A Return to the Barge First Open Mic Night of the Semester



Bridget Sheppard

As has now become the custom in Hamilton, last Friday, February 3 – the first Friday of the month – the Barge Canal Coffee Co. held its monthly Open Mic Night, opening their cafe for any Colgate students and Hamilton resi­dents wishing to share their music with the community.

The night began with one of the Barge’s own employees, Joe Mettler, strumming his guitar and singing his original pieces while the crowd sipped hot chocolate and coffee. Following his opening act, Colgate sopho­more Mark Stagno offered the relaxing cover of Alexi Murdoch’s “Orange Sky,” and then Larry from Hamilton presented covers such as The Clash’s “I Fought The Law” along with slower, more serious songs, which he introduced by explaining that he would step out of what little comfort zone he had. As he branched out, he reminded everyone in the audience that standing on that stage requires more than a mere love of music and that we should appreciate these musicians’ courage in expressing themselves in song.

As the Barge became more filled, the performances continued, and Colgate con­tributed more acts: sophomore Karl Jack­son sang Sade’s “Your Love is King,” along with his own pieces, including “I’ll Stand By You” and “Another Rainy Day.” Then the band Woe of the Wild took the stage. Although missing their third member, this Colgate band consisting of juniors Ben Diamond and Caitlin Grossjung, the lead vocalist, enthused the crowd with their original songs, incorporating guitar, piano and singing in one song, “If The Frost,” which Grossjung stated was for her friend in the audience.

Their band was followed by Hamil­ton local Lucas Pierce, who played his own music as well, even composing lyrics on the spot once he had played the songs he had rehearsed. The final performer of the night was Z, a town resident who used an electronics board to create elaborate, echoing guitar piec­es. As he neared the end of his time on stage, though, he urged Jackson to come collaborate with him. Walking back on stage, guitar in hand, Jackson started to improvise together with Z, combining their two styles. Eventu­ally, their friends joined in as well, singing blues and rapping such lyrics as “Sitting in a coffee house, having nothing to do but run my mouth.” Soon, Mettler returned to the stage, too, bring­ing the night full circle and adding his beatbox­ing abilities to the mix; it seemed that a new band had formed for the conclusion of the night.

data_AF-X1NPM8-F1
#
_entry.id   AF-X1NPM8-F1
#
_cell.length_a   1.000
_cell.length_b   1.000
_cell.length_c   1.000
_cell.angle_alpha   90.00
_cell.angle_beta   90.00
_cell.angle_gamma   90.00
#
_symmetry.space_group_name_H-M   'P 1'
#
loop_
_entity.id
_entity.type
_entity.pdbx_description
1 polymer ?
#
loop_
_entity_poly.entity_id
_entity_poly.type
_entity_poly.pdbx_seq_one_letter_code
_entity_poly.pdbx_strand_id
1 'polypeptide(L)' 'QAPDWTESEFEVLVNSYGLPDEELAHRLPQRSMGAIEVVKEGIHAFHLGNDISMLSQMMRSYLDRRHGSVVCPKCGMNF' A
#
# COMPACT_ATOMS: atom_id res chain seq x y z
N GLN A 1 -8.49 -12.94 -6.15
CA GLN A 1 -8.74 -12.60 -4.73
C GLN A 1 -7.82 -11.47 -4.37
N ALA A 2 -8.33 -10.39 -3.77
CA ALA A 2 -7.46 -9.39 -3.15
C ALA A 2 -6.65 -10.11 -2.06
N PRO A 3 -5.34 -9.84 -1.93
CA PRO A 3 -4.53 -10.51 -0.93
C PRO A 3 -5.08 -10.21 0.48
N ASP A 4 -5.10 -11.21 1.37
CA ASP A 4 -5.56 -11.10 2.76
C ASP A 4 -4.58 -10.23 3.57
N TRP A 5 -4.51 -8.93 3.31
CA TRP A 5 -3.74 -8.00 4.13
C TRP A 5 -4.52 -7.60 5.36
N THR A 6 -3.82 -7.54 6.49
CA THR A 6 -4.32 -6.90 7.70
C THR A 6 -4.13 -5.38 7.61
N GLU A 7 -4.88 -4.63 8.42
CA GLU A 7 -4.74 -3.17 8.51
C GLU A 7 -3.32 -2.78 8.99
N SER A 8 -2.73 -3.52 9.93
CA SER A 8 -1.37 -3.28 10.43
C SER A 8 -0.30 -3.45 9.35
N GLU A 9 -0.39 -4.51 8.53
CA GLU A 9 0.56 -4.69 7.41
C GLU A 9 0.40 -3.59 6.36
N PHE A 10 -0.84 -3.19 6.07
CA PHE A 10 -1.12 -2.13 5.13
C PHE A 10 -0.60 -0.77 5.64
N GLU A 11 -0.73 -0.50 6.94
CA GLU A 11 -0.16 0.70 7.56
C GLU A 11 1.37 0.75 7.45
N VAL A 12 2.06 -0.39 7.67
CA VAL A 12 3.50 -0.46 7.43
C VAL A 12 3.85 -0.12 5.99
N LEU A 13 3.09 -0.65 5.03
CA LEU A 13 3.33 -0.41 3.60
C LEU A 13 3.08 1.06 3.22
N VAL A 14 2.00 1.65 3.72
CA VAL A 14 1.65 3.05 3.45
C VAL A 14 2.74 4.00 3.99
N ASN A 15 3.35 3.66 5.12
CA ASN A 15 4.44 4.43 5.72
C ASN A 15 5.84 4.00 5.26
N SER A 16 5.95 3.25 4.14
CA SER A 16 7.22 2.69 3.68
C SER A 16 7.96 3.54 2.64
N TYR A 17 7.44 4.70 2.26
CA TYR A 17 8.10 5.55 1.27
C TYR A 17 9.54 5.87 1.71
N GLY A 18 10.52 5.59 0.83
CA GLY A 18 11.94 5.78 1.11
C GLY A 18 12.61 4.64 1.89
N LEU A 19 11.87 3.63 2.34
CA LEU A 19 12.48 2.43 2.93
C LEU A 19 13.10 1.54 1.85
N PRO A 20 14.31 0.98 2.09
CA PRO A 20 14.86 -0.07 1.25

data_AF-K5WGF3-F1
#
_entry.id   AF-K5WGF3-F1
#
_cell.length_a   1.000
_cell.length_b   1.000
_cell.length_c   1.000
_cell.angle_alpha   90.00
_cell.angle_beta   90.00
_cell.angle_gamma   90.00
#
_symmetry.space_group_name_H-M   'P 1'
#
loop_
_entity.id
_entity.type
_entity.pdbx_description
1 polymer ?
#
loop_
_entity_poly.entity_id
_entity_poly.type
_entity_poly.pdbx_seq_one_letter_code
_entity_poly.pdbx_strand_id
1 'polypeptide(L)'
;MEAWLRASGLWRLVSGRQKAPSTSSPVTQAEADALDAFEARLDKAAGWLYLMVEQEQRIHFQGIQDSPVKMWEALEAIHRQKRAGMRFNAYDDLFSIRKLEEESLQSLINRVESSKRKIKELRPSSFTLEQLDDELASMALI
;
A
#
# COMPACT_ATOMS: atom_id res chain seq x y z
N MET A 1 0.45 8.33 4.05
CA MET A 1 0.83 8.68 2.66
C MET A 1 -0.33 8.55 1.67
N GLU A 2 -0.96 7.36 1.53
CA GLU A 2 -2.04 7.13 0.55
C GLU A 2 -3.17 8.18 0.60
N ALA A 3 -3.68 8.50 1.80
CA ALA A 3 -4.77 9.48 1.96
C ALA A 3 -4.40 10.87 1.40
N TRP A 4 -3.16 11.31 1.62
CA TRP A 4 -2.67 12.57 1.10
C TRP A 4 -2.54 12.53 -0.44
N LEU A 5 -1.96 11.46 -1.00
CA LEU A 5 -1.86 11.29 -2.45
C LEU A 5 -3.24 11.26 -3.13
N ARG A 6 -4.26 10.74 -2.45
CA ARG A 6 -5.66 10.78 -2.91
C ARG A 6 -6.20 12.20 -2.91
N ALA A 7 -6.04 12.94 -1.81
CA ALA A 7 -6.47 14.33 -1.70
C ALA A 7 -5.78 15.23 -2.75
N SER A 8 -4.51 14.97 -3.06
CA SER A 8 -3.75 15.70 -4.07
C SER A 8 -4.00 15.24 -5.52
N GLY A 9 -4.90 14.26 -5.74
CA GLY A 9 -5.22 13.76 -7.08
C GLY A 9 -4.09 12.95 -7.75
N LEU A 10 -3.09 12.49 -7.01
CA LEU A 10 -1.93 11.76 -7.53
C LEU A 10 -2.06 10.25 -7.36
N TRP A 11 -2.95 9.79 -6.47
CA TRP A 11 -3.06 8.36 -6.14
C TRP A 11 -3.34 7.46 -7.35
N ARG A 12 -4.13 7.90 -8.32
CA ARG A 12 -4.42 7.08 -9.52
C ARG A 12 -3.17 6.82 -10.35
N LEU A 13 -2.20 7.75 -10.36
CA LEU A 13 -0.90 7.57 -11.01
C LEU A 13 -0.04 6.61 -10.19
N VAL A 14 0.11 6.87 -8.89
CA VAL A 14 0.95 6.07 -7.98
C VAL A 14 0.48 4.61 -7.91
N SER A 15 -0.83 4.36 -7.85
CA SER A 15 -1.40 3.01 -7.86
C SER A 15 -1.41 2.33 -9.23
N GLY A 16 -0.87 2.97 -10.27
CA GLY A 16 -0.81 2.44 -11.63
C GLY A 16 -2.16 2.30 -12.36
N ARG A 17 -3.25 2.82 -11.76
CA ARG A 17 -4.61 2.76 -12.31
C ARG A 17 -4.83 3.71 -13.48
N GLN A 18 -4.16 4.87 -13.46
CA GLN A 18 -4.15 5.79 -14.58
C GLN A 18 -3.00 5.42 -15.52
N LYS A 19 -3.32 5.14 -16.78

Hopefully, the Barge will continue to draw more and more acts from both Colgate and Hamilton and these musicians will carry on in the spirit of collaboration with each other. Besides the sight of strangers melding their tal­ents together for a grand finale, one of the best moments of the night was when Stagno, stepping off the stage, declared, after having played guitar while sing­ing, that he couldn’t sing and play at the same time, to which his friend replied, “You just did.” Even more than an op­portunity for community members to share their thoughts, Open Mic Night has become a chance for artists to show others what they are capable of creat­ing, and of showing themselves just how much they can do.

Contact Bridget Sheppard at

[email protected].